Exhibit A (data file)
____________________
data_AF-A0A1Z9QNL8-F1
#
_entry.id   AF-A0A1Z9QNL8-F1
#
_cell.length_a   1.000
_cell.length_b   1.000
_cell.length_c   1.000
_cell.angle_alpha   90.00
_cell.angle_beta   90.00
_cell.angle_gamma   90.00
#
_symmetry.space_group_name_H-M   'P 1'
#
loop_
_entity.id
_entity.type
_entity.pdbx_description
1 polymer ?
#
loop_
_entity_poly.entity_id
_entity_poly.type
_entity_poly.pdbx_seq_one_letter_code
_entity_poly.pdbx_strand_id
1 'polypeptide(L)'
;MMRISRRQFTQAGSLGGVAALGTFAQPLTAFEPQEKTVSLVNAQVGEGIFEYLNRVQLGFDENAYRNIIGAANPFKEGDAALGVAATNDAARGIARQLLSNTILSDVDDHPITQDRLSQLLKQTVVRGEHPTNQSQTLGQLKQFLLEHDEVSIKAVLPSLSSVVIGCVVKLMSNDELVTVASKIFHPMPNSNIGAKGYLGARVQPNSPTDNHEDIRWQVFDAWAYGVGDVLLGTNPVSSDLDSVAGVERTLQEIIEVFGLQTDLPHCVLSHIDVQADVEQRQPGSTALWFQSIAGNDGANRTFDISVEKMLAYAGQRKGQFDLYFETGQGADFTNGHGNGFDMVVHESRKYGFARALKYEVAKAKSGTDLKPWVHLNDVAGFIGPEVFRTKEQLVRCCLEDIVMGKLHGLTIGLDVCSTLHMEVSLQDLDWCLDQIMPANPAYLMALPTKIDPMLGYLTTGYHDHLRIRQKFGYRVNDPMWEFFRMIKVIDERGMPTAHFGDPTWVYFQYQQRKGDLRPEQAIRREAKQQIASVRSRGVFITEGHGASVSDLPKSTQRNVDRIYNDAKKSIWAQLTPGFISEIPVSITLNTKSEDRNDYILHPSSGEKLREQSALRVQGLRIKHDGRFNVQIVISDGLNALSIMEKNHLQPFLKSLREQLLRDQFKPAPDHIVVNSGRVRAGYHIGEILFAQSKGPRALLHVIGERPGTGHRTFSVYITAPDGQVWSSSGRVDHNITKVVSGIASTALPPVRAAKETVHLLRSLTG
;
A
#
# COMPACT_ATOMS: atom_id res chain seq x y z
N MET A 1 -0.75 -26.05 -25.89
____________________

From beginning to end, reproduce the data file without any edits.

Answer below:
data_AF-A0A1Z9QNL8-F1
#
_entry.id   AF-A0A1Z9QNL8-F1
#
_cell.length_a   1.000
_cell.length_b   1.000
_cell.length_c   1.000
_cell.angle_alpha   90.00
_cell.angle_beta   90.00
_cell.angle_gamma   90.00
#
_symmetry.space_group_name_H-M   'P 1'
#
loop_
_entity.id
_entity.type
_entity.pdbx_description
1 polymer ?
#
loop_
_entity_poly.entity_id
_entity_poly.type
_entity_poly.pdbx_seq_one_letter_code
_entity_poly.pdbx_strand_id
1 'polypeptide(L)'
;MMRISRRQFTQAGSLGGVAALGTFAQPLTAFEPQEKTVSLVNAQVGEGIFEYLNRVQLGFDENAYRNIIGAANPFKEGDAALGVAATNDAARGIARQLLSNTILSDVDDHPITQDRLSQLLKQTVVRGEHPTNQSQTLGQLKQFLLEHDEVSIKAVLPSLSSVVIGCVVKLMSNDELVTVASKIFHPMPNSNIGAKGYLGARVQPNSPTDNHEDIRWQVFDAWAYGVGDVLLGTNPVSSDLDSVAGVERTLQEIIEVFGLQTDLPHCVLSHIDVQADVEQRQPGSTALWFQSIAGNDGANRTFDISVEKMLAYAGQRKGQFDLYFETGQGADFTNGHGNGFDMVVHESRKYGFARALKYEVAKAKSGTDLKPWVHLNDVAGFIGPEVFRTKEQLVRCCLEDIVMGKLHGLTIGLDVCSTLHMEVSLQDLDWCLDQIMPANPAYLMALPTKIDPMLGYLTTGYHDHLRIRQKFGYRVNDPMWEFFRMIKVIDERGMPTAHFGDPTWVYFQYQQRKGDLRPEQAIRREAKQQIASVRSRGVFITEGHGASVSDLPKSTQRNVDRIYNDAKKSIWAQLTPGFISEIPVSITLNTKSEDRNDYILHPSSGEKLREQSALRVQGLRIKHDGRFNVQIVISDGLNALSIMEKNHLQPFLKSLREQLLRDQFKPAPDHIVVNSGRVRAGYHIGEILFAQSKGPRALLHVIGERPGTGHRTFSVYITAPDGQVWSSSGRVDHNITKVVSGIASTALPPVRAAKETVHLLRSLTG
;
A
#
# COMPACT_ATOMS: atom_id res chain seq x y z
N MET A 1 -0.75 -26.05 -25.89